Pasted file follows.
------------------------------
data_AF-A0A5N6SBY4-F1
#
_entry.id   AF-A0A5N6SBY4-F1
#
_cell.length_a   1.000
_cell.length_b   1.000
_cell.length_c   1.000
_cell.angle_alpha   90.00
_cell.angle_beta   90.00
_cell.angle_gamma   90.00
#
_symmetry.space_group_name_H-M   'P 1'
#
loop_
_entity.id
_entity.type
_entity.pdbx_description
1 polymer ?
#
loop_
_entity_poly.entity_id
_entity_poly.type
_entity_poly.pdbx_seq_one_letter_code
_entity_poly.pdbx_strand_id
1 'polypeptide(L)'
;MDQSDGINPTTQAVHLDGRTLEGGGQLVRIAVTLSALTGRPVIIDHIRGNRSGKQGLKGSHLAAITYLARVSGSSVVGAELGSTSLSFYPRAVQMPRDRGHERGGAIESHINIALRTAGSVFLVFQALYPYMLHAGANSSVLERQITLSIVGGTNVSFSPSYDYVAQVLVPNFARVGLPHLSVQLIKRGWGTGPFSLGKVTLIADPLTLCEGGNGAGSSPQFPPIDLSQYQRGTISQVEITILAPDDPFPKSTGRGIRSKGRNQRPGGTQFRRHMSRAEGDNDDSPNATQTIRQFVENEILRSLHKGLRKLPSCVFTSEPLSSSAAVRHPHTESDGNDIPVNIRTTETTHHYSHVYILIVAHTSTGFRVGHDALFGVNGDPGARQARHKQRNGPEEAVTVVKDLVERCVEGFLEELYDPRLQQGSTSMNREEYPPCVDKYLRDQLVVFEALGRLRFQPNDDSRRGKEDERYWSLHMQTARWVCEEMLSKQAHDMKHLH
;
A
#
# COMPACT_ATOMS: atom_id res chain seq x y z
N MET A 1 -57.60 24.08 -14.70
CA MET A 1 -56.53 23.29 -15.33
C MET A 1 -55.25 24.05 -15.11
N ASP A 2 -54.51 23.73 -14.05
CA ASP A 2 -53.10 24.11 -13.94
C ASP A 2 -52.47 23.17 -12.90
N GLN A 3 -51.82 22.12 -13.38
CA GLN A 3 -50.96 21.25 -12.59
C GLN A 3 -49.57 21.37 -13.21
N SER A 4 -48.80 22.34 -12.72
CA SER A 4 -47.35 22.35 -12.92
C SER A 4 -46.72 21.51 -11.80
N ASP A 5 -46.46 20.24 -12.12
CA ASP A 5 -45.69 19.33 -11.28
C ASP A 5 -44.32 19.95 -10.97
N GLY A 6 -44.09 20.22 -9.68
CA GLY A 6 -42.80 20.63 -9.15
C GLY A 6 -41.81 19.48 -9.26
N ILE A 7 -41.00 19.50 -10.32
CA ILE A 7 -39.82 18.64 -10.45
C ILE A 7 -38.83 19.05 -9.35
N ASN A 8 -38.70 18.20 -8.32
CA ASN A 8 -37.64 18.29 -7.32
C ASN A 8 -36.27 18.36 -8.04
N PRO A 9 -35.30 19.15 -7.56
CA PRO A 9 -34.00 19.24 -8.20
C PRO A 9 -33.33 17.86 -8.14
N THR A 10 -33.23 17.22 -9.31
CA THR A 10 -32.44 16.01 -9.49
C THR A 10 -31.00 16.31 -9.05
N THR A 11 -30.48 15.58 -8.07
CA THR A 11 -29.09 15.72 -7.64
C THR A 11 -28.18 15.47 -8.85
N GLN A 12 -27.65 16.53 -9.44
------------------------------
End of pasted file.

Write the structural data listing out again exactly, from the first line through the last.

data_AF-A0A5N6SBY4-F1
#
_entry.id   AF-A0A5N6SBY4-F1
#
_cell.length_a   1.000
_cell.length_b   1.000
_cell.length_c   1.000
_cell.angle_alpha   90.00
_cell.angle_beta   90.00
_cell.angle_gamma   90.00
#
_symmetry.space_group_name_H-M   'P 1'
#
loop_
_entity.id
_entity.type
_entity.pdbx_description
1 polymer ?
#
loop_
_entity_poly.entity_id
_entity_poly.type
_entity_poly.pdbx_seq_one_letter_code
_entity_poly.pdbx_strand_id
1 'polypeptide(L)'
;MDQSDGINPTTQAVHLDGRTLEGGGQLVRIAVTLSALTGRPVIIDHIRGNRSGKQGLKGSHLAAITYLARVSGSSVVGAELGSTSLSFYPRAVQMPRDRGHERGGAIESHINIALRTAGSVFLVFQALYPYMLHAGANSSVLERQITLSIVGGTNVSFSPSYDYVAQVLVPNFARVGLPHLSVQLIKRGWGTGPFSLGKVTLIADPLTLCEGGNGAGSSPQFPPIDLSQYQRGTISQVEITILAPDDPFPKSTGRGIRSKGRNQRPGGTQFRRHMSRAEGDNDDSPNATQTIRQFVENEILRSLHKGLRKLPSCVFTSEPLSSSAAVRHPHTESDGNDIPVNIRTTETTHHYSHVYILIVAHTSTGFRVGHDALFGVNGDPGARQARHKQRNGPEEAVTVVKDLVERCVEGFLEELYDPRLQQGSTSMNREEYPPCVDKYLRDQLVVFEALGRLRFQPNDDSRRGKEDERYWSLHMQTARWVCEEMLSKQAHDMKHLH
;
A
#
# COMPACT_ATOMS: atom_id res chain seq x y z
N MET A 1 -57.60 24.08 -14.70
CA MET A 1 -56.53 23.29 -15.33
C MET A 1 -55.25 24.05 -15.11
N ASP A 2 -54.51 23.73 -14.05
CA ASP A 2 -53.10 24.11 -13.94
C ASP A 2 -52.47 23.17 -12.90
N GLN A 3 -51.82 22.12 -13.38
CA GLN A 3 -50.96 21.25 -12.59
C GLN A 3 -49.57 21.37 -13.21
N SER A 4 -48.80 22.34 -12.72
CA SER A 4 -47.35 22.35 -12.92
C SER A 4 -46.72 21.51 -11.80
N ASP A 5 -46.46 20.24 -12.12
CA ASP A 5 -45.69 19.33 -11.28
C ASP A 5 -44.32 19.95 -10.97
N GLY A 6 -44.09 20.22 -9.68
CA GLY A 6 -42.80 20.63 -9.15
C GLY A 6 -41.81 19.48 -9.26
N ILE A 7 -41.00 19.50 -10.32
CA ILE A 7 -39.82 18.64 -10.45
C ILE A 7 -38.83 19.05 -9.35
N ASN A 8 -38.70 18.20 -8.32
CA ASN A 8 -37.64 18.29 -7.32
C ASN A 8 -36.27 18.36 -8.04
N PRO A 9 -35.30 19.15 -7.56
CA PRO A 9 -34.00 19.24 -8.20
C PRO A 9 -33.33 17.86 -8.14
N THR A 10 -33.23 17.22 -9.31
CA THR A 10 -32.44 16.01 -9.49
C THR A 10 -31.00 16.31 -9.05
N THR A 11 -30.48 15.58 -8.07
CA THR A 11 -29.09 15.72 -7.64
C THR A 11 -28.18 15.47 -8.85
N GLN A 12 -27.65 16.53 -9.44